Insects and the City

A Whitened Winter?
by Amanda Giddon -- January 2nd, 2013

The more things change the more they stay the same. Every winter holiday I come home to a string of check-ups, seasonal décor, a wide-ranging Netflix queue to catch up on, and a New York winter’s cold. Throughout my routine of languor, consisting of eating, watching television, and eating again, I paid an always-unappreciated visit to the dentist.

As I waited uncomfortably in the chair, the sophisticated-looking model on the “teeth whitening” advertisement flashed a toothy grin in my direction.  “Reverse years of discoloration!” she said. Years of discoloration, years of damage, years of negligence.

My stylish self would have appreciated how the whitened teeth stood out against the model’s tan and color-blocked ensemble. However, the poster struck a chord with my pragmatic half. I just recently studied the geoengineering concept of cloud whitening (also known as cloud reflectivity modification.) Cloud whitening is a process of altering clouds to become more reflective by spraying seawater into the atmosphere. This process, if done correctly, can increase cloud albedo and decreases surface warming. Cloud whitening, like teeth whitening, is (at least in theory) a solution to an underlying behavioral problem. We emit too much carbon dioxide, and we are heating our planet.  We intermittently brush and drink too much coffee, and we are rotting our smiles.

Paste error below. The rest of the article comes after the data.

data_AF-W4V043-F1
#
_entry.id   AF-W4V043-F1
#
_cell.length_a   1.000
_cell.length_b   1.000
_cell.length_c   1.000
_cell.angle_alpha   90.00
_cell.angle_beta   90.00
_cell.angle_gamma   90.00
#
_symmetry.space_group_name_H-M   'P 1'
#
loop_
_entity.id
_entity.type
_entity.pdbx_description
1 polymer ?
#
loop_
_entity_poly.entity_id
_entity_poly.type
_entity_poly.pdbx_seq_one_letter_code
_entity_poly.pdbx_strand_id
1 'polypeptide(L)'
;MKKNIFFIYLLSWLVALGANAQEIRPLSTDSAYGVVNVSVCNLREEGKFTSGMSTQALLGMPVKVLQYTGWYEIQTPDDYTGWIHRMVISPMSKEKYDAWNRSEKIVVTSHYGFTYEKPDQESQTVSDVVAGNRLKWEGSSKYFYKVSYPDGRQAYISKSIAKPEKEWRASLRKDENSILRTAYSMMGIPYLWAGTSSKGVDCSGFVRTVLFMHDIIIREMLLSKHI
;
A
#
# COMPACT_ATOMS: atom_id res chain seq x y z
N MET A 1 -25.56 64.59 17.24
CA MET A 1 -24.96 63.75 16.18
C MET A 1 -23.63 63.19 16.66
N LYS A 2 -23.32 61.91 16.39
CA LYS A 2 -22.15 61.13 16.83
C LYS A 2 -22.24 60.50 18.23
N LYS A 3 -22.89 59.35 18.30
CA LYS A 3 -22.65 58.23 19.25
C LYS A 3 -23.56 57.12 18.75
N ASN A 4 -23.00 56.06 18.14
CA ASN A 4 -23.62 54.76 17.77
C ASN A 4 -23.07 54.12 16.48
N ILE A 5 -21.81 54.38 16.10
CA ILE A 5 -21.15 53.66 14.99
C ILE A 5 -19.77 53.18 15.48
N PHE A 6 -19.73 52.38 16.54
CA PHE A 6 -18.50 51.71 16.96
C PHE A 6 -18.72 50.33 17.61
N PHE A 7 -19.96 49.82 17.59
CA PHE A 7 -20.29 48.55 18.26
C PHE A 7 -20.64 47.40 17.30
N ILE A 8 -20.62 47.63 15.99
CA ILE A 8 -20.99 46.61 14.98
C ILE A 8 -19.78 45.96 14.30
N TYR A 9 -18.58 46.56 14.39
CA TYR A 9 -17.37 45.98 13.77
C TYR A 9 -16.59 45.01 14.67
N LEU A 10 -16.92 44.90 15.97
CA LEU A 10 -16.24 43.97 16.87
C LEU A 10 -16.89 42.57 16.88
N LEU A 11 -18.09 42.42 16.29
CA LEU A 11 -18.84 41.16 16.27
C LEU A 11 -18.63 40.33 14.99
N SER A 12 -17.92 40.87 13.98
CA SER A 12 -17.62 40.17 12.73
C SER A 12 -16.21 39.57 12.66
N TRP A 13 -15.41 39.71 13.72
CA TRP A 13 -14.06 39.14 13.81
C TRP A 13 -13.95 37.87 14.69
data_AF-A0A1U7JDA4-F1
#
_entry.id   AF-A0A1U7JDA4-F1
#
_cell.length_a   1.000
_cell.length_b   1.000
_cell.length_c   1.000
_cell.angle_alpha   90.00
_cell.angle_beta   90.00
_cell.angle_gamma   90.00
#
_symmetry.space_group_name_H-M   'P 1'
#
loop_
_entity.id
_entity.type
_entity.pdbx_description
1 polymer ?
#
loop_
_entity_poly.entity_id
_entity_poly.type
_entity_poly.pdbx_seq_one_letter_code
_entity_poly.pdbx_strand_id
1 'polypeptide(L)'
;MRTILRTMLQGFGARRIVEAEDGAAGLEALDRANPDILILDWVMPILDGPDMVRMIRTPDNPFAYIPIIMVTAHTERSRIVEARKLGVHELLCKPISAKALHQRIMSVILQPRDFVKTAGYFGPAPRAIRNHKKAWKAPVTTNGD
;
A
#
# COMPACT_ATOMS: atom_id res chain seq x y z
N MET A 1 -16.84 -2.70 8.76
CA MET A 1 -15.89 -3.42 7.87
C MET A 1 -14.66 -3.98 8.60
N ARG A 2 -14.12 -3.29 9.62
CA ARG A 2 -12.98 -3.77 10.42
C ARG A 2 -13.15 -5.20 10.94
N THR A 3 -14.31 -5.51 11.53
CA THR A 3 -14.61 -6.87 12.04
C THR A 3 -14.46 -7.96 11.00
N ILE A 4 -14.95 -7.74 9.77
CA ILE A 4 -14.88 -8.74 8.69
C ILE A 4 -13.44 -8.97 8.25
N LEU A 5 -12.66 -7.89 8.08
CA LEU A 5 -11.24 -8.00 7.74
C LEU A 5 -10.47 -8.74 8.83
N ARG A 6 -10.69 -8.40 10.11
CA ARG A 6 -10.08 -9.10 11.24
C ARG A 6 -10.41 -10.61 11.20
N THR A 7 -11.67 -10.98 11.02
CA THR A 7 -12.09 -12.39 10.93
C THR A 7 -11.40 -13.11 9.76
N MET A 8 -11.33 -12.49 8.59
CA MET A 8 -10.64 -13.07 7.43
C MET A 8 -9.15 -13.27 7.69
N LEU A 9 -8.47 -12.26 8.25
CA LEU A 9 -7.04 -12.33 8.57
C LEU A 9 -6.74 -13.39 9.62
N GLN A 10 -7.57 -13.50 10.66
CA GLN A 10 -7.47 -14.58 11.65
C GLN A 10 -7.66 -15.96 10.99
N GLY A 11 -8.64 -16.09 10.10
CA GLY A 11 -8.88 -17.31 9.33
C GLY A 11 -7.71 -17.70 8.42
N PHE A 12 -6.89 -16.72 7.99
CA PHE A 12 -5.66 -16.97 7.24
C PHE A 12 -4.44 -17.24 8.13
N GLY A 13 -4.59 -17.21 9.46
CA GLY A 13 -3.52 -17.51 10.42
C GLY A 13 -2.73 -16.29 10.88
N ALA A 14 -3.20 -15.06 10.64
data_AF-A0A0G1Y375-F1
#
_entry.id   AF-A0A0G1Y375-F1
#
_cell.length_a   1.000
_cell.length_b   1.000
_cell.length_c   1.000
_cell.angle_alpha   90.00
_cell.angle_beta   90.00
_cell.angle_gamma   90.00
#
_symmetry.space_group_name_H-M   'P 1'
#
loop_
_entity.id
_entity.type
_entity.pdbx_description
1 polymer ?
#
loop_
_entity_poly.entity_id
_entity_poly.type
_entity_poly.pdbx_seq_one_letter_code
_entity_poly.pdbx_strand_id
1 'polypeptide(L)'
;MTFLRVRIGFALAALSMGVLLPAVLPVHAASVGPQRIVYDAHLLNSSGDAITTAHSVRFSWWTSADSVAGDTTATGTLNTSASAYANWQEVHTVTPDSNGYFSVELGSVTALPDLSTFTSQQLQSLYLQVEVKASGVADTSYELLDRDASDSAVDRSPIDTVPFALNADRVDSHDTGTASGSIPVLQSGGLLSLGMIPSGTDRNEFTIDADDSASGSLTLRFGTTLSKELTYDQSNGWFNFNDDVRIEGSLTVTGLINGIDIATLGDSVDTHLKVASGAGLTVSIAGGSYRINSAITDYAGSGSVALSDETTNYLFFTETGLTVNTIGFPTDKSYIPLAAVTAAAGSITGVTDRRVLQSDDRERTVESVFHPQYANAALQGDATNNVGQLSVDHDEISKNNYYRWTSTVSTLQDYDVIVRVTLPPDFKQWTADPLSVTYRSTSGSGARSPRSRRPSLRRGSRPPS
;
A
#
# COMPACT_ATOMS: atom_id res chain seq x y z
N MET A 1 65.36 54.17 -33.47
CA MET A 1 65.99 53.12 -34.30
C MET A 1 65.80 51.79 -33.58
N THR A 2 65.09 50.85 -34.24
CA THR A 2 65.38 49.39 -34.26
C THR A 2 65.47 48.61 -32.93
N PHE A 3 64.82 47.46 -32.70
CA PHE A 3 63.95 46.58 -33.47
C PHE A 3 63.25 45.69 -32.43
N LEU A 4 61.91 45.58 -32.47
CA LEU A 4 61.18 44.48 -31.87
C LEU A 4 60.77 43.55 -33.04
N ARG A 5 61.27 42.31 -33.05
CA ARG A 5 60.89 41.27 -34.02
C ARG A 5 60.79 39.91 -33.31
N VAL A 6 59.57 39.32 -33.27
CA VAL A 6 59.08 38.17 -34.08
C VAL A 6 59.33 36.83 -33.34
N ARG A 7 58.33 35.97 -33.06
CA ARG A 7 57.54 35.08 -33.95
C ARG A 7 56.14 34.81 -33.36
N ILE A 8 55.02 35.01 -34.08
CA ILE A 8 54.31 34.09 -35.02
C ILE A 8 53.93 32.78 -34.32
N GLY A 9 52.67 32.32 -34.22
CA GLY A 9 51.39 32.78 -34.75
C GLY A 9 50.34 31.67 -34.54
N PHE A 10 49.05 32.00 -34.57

Photo by Klearchos Kapoutis

But what about brushing longer and actually flossing? What about curtailing emissions and actually modifying human behavior? Is it justified to allow a problem to persist if we know we can fix it?

Do we even know if we can fix it?

Though on two tremendously dissimilar scales, whitening comes at a cost at the dentist’s office and in the atmosphere. The procedures’ success is undependable, and the consequences are variable.

We may accept the expenses and unpredictability and try to repair the injuries of past performance. Or, we can brush up on our knowledge of behavioral change and prevent the problem at its root (canal).

 

See you in the new year!

 

 

 

Featured image by explainthatstuff via Flickr Creative Commons

2 Comments

  1. Tawnee Milko
    Tawnee Milko
    Jan 4, 2013

    Humanity constantly amazes me. I can’t believe that people have gone so far as to come up with a way to alter the reflectivity of clouds (think about the time, energy, resources and funding put into THAT research) rather than make (sometimes simple) changes to their own behavior to help solve a global problem.

    Great analogy to dentistry, by the way.

  2. Elaine
    Jan 30, 2013

    Comment

©2016 Nicholas School of the Environment at Duke University | Box 90328 | Durham, NC 27708
how to contact us > | login to the site > | site disclaimers >

footer nav stuff